Gaming Breaks

In the course of being a gamer, we sometimes get completely engrossed in one game and ignore all others.  This is why, in a video I will be posting later, I mention that I haven’t had much time, if any, to play games on my various consoles.  I got completely engrossed in Elite: Dangerous on top of actively tackling garrison missions daily in WoW.  However, my recent vacation to the great cities of Boston and New York City allowed me to get away from gaming.  I could have gamed while there, but I didn’t bring a laptop that could handle those games and I was far too tired after waking around all day to even think of playing a game.  I have been back now for a two weeks and I still haven’t thought about online gaming.

Image Credit: http://www.arabianbusiness.com/should-i-have-any-free-time--540228.html
Image Credit: http://www.arabianbusiness.com/should-i-have-any-free-time–540228.html

This brings me to the topic I wanted to talk about, taking a break.  Taking a break from our regular routine of gaming can be quite refreshing.  It opened up more free time than I thought and I found myself looking for things to do.  I caught up on some TV shows (I can now say I have watched all of Breaking Bad), but I really was kind of bored and didn’t know what to do.  Kind of a good problem to have, no?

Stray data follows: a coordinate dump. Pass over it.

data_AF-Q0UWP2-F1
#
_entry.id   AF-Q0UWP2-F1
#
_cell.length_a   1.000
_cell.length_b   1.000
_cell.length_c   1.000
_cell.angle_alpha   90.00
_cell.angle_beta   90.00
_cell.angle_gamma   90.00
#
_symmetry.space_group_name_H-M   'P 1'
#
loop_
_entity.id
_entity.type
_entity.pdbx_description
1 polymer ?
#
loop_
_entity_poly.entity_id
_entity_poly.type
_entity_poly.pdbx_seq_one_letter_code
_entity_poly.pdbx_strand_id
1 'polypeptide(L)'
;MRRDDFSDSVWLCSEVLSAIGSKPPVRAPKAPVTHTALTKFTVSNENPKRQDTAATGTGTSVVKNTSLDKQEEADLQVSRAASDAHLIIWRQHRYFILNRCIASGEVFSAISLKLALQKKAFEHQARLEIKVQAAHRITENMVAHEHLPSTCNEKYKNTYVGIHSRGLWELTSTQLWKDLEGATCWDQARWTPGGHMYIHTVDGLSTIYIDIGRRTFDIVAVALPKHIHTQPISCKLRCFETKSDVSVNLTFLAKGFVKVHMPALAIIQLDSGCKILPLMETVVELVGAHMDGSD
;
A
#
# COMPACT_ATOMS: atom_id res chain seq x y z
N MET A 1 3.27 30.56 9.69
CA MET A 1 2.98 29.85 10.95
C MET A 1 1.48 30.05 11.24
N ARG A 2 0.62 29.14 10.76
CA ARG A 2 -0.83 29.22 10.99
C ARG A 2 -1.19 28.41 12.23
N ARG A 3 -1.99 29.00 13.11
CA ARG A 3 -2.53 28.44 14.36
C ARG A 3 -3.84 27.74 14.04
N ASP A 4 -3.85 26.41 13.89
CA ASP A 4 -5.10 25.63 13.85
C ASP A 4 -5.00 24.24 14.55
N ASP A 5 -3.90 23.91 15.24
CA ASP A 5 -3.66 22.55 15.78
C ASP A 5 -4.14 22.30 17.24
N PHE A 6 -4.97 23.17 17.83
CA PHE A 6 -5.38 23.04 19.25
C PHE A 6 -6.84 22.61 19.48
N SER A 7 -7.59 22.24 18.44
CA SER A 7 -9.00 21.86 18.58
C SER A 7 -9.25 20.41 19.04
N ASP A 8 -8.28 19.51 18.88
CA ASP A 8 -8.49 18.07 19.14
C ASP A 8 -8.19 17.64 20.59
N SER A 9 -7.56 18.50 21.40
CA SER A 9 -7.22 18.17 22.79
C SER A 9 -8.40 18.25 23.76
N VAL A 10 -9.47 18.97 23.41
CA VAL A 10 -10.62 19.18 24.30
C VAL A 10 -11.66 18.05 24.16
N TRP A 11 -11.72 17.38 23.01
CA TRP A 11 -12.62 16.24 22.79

The added benefit of my new found free time is that I was finally able to look towards playing some console games again.  I truly have a huge backlog of games I still have to play.  While I will most likely continue playing Dragon Age: Inquisition until I beat it, I still have the original Assassin’s Creed to beat (just need to do the last couple kills).  I even bought a PS4 and Bloodborne because I kept reading so many good things about it.  If I was still spending all my time online gaming, Dragon Age and Bloodborne, along with a couple other Xbox One games I have, would still be unopened.

This doesn’t just apply to video gaming.  Sometimes we need to take a break from our board game groups and our tabletop roleplaying groups.  The break helps us realize how much we enjoy and how much we get out of our gaming groups.  Fortunately for me, the breaks I get from my board gaming and roleplaying groups are because people are out of town.  I really enjoy these groups, and believe I could go without the breaks (not regularly gaming during the week completely throws my schedule off), however it is most likely that these shorts breaks I get keep everything fresh and fun when we get to game again.